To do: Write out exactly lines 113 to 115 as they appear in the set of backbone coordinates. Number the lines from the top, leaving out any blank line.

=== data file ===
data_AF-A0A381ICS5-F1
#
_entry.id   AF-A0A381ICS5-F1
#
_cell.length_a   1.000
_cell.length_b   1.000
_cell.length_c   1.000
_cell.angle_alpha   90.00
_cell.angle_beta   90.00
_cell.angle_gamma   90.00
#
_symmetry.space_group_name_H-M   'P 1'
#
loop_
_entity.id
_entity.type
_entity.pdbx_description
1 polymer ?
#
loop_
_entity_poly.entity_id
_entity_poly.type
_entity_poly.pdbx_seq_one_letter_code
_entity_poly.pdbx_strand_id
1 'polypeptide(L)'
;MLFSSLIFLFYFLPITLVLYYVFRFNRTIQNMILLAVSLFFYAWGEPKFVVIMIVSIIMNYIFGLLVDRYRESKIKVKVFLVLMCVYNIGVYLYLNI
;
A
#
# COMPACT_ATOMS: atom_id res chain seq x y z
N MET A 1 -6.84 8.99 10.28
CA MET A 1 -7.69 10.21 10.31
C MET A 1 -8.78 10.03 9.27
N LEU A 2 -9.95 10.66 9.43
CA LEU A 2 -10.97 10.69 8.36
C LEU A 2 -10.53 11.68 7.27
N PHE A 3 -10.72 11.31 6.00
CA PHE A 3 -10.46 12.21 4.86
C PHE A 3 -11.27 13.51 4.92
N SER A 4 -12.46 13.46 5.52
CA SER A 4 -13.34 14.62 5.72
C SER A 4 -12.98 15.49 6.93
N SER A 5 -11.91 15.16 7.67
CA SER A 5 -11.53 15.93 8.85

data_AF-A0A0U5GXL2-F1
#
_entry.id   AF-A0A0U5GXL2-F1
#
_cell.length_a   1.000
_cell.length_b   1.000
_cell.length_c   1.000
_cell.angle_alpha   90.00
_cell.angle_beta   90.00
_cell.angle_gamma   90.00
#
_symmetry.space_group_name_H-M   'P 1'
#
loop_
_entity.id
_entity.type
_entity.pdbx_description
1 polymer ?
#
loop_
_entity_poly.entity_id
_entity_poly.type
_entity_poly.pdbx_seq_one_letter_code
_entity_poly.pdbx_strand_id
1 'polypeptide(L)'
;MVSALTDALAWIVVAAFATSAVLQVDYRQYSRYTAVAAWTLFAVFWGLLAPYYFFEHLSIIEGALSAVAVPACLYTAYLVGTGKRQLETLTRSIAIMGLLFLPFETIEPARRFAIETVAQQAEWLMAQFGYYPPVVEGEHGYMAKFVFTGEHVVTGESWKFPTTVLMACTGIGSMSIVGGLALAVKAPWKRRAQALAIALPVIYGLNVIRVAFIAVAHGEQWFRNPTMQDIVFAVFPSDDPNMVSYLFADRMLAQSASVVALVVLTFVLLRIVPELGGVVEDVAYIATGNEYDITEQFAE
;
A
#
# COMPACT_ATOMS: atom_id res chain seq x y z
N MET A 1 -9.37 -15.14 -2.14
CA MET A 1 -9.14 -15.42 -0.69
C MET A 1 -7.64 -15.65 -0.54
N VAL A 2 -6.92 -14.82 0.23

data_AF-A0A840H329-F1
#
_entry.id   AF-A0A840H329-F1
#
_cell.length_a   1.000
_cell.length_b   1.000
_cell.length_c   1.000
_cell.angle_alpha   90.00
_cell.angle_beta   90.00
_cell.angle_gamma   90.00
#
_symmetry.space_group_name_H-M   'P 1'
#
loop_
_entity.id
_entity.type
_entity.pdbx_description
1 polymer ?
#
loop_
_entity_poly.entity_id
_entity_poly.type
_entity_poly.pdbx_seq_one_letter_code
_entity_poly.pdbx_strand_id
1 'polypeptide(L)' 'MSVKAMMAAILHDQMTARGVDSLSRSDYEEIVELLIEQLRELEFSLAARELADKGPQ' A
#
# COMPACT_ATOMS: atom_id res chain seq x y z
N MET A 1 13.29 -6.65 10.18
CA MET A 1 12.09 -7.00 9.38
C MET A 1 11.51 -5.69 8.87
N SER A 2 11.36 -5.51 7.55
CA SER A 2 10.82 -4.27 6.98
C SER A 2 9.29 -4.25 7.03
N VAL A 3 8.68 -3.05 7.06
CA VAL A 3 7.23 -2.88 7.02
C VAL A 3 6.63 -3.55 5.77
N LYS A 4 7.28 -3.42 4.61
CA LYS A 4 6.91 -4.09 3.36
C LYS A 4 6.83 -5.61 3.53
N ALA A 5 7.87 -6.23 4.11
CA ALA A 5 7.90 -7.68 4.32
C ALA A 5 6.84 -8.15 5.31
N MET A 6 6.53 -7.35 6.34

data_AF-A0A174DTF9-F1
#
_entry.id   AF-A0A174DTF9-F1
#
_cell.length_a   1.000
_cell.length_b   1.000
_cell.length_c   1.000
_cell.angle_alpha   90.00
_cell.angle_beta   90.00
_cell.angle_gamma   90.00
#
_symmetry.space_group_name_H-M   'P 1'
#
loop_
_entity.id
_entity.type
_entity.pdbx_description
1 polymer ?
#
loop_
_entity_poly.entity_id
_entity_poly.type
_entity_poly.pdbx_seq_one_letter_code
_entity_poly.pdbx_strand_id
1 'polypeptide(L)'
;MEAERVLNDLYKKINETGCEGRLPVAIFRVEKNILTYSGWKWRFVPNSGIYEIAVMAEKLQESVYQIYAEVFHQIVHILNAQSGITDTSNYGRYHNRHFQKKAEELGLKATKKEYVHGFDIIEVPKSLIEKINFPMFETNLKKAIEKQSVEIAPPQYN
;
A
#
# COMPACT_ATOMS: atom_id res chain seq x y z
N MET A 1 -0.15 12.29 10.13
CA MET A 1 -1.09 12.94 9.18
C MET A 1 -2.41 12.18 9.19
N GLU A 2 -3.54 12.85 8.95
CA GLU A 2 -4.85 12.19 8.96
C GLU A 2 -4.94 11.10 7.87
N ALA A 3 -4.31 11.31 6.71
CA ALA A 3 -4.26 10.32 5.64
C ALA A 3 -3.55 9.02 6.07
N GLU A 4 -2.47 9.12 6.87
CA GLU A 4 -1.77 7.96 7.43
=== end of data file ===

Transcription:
CA VAL A 3 7.23 -2.88 7.02
C VAL A 3 6.63 -3.55 5.77
N LYS A 4 7.28 -3.42 4.61